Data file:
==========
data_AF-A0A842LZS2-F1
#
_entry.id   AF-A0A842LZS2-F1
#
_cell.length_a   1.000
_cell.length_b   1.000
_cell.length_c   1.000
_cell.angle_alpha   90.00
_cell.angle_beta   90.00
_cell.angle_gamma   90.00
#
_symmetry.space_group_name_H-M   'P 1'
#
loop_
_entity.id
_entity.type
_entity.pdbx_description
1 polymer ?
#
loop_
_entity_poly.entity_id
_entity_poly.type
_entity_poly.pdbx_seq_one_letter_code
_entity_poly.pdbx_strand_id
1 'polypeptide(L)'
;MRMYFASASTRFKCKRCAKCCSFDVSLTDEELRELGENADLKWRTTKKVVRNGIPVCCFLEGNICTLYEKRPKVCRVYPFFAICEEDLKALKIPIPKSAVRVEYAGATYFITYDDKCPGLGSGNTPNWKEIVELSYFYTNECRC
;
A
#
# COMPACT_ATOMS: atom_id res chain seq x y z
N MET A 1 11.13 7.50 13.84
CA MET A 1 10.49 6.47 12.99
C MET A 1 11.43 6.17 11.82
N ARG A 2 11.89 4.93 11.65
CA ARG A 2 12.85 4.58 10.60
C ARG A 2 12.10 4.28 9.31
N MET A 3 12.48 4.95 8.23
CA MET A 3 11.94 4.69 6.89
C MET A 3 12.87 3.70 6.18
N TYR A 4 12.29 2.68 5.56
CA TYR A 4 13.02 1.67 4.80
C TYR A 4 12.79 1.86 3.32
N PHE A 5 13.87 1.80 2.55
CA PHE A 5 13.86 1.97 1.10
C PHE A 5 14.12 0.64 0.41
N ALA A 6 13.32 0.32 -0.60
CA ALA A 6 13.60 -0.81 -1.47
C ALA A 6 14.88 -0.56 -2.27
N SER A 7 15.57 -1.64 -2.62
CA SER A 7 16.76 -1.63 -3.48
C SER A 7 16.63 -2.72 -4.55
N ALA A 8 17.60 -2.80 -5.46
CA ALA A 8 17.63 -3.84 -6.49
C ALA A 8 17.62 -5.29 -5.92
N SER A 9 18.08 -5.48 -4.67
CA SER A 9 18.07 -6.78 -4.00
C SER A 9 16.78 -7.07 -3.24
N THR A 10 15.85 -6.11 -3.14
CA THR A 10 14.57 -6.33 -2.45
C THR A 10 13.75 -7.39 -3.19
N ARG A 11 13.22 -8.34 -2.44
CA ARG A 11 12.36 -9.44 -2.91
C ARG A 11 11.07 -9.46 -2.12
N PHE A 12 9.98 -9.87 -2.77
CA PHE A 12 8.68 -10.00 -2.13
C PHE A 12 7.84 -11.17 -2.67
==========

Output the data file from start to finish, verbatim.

data_AF-A0A842LZS2-F1
#
_entry.id   AF-A0A842LZS2-F1
#
_cell.length_a   1.000
_cell.length_b   1.000
_cell.length_c   1.000
_cell.angle_alpha   90.00
_cell.angle_beta   90.00
_cell.angle_gamma   90.00
#
_symmetry.space_group_name_H-M   'P 1'
#
loop_
_entity.id
_entity.type
_entity.pdbx_description
1 polymer ?
#
loop_
_entity_poly.entity_id
_entity_poly.type
_entity_poly.pdbx_seq_one_letter_code
_entity_poly.pdbx_strand_id
1 'polypeptide(L)'
;MRMYFASASTRFKCKRCAKCCSFDVSLTDEELRELGENADLKWRTTKKVVRNGIPVCCFLEGNICTLYEKRPKVCRVYPFFAICEEDLKALKIPIPKSAVRVEYAGATYFITYDDKCPGLGSGNTPNWKEIVELSYFYTNECRC
;
A
#
# COMPACT_ATOMS: atom_id res chain seq x y z
N MET A 1 11.13 7.50 13.84
CA MET A 1 10.49 6.47 12.99
C MET A 1 11.43 6.17 11.82
N ARG A 2 11.89 4.93 11.65
CA ARG A 2 12.85 4.58 10.60
C ARG A 2 12.10 4.28 9.31
N MET A 3 12.48 4.95 8.23
CA MET A 3 11.94 4.69 6.89
C MET A 3 12.87 3.70 6.18
N TYR A 4 12.29 2.68 5.56
CA TYR A 4 13.02 1.67 4.80
C TYR A 4 12.79 1.86 3.32
N PHE A 5 13.87 1.80 2.55
CA PHE A 5 13.86 1.97 1.10
C PHE A 5 14.12 0.64 0.41
N ALA A 6 13.32 0.32 -0.60
CA ALA A 6 13.60 -0.81 -1.47
C ALA A 6 14.88 -0.56 -2.27
N SER A 7 15.57 -1.64 -2.62
CA SER A 7 16.76 -1.63 -3.48
C SER A 7 16.63 -2.72 -4.55
N ALA A 8 17.60 -2.80 -5.46
CA ALA A 8 17.63 -3.84 -6.49
C ALA A 8 17.62 -5.29 -5.92
N SER A 9 18.08 -5.48 -4.67
CA SER A 9 18.07 -6.78 -4.00
C SER A 9 16.78 -7.07 -3.24
N THR A 10 15.85 -6.11 -3.14
CA THR A 10 14.57 -6.33 -2.45
C THR A 10 13.75 -7.39 -3.19
N ARG A 11 13.22 -8.34 -2.44
CA ARG A 11 12.36 -9.44 -2.91
C ARG A 11 11.07 -9.46 -2.12
N PHE A 12 9.98 -9.87 -2.77
CA PHE A 12 8.68 -10.00 -2.13
C PHE A 12 7.84 -11.17 -2.67